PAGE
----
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Capital New York to Introduce Monthly Print Magazine

Small-Circ Effort Due on Jan. 27

By Published on . 1

Capital New York, the Politico sibling that covers politics and media in New York, is rolling out a small monthly print magazine starting this month, according to parent company Allbritton Communications.

The website Capital New York plans to introduce a monthly print magazine.
The website Capital New York plans to introduce a monthly print magazine.

The first issue, due out Jan. 27, will have a run of about 8,000 copies, the company said, with plans to distribute about 6,000 copies in Manhattan and 2,000 in Albany. Copies will be delivered to the state capitol building in Albany, City Hall in Manhattan and key individuals in the industries Capital New York covers, according to Roy Schwartz, chief revenue officer at Capital New York and Politico.

The magazine will be free, Mr. Schwartz added, with subscriptions available upon request to those who "qualify" based on their job title, job responsibilities, or other criteria. "Something in hard copy will go a long way to building the Capital New York brand," he said. "But there will be revenue there as well in terms of print advertising."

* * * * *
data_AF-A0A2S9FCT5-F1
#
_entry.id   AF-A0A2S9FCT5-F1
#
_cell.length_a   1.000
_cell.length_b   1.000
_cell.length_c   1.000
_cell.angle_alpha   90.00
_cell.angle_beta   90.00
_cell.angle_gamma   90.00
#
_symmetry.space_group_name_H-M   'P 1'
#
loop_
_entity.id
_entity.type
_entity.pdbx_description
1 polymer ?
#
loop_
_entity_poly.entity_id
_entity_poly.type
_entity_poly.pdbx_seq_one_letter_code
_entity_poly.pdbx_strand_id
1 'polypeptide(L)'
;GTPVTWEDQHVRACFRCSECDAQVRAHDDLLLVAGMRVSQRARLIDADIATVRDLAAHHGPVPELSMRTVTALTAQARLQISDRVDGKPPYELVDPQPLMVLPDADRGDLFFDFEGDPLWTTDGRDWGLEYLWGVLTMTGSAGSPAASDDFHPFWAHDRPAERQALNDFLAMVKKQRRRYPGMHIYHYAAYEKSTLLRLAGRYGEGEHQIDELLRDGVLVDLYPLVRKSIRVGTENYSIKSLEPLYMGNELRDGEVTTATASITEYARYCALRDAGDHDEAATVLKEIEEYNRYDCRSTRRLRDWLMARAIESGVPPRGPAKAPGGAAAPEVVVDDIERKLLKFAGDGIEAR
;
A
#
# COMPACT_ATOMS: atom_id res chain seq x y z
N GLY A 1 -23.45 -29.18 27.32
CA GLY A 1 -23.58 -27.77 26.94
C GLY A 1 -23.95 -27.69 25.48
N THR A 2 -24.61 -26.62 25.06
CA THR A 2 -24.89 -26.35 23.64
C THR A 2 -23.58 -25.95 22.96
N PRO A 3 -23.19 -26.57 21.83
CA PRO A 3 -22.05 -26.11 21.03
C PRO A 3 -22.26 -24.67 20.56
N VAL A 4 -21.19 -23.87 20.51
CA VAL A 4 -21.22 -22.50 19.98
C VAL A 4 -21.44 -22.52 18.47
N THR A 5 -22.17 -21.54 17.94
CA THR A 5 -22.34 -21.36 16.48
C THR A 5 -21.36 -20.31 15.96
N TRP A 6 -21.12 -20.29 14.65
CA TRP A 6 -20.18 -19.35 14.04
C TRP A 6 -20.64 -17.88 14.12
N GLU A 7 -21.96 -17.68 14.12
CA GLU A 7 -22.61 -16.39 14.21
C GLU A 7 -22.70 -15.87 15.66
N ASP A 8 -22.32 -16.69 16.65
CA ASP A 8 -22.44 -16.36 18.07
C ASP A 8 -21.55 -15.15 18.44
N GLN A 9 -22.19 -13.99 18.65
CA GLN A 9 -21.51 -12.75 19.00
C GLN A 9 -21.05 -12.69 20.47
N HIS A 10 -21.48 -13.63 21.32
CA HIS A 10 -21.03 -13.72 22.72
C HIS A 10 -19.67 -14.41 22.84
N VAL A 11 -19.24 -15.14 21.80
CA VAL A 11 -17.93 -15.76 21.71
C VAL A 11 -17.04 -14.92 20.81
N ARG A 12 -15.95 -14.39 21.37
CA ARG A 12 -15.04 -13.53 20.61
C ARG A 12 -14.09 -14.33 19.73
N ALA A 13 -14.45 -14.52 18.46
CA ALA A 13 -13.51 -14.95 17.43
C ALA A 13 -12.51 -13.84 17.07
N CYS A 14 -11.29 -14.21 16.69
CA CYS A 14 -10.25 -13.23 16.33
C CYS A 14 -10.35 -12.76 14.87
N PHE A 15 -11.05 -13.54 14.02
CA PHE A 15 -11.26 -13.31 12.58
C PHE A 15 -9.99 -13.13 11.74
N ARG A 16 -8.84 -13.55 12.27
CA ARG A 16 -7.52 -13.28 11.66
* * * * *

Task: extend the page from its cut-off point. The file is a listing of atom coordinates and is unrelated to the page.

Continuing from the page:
Capital New York's current editorial staff will oversee the magazine, he said.

Introducing a print magazine is the latest step in Capital New York's expansion, which began last September when Politico parent Allbritton Communications bought Capital from founders Josh Benson and Tom McGeveran for an undisclosed amount. They continue to co-edit the site, but under the new owners, Capital New York has tripled its staff in an effort to cover state government, City Hall and media much the way Politico covers Washington, D.C. The business model borrows from that of Politico, with both ads and paid subscriptions to "pro" products. It also plans to host events, according to Mr. Schwartz.

The site's magazine also underscores a growing if limited embrace of print among digital-only media properties, with several websites introducing some version of a physical magazine. Politico, for example, rolled out a six-times a year glossy magazine in November. The music website Pitchfork recently introduced a quarterly magazine, The Pitchfork Review. And IBT Media, which bought the digital-only Newsweek, announced in December plans to revive the print edition starting in early 2014.

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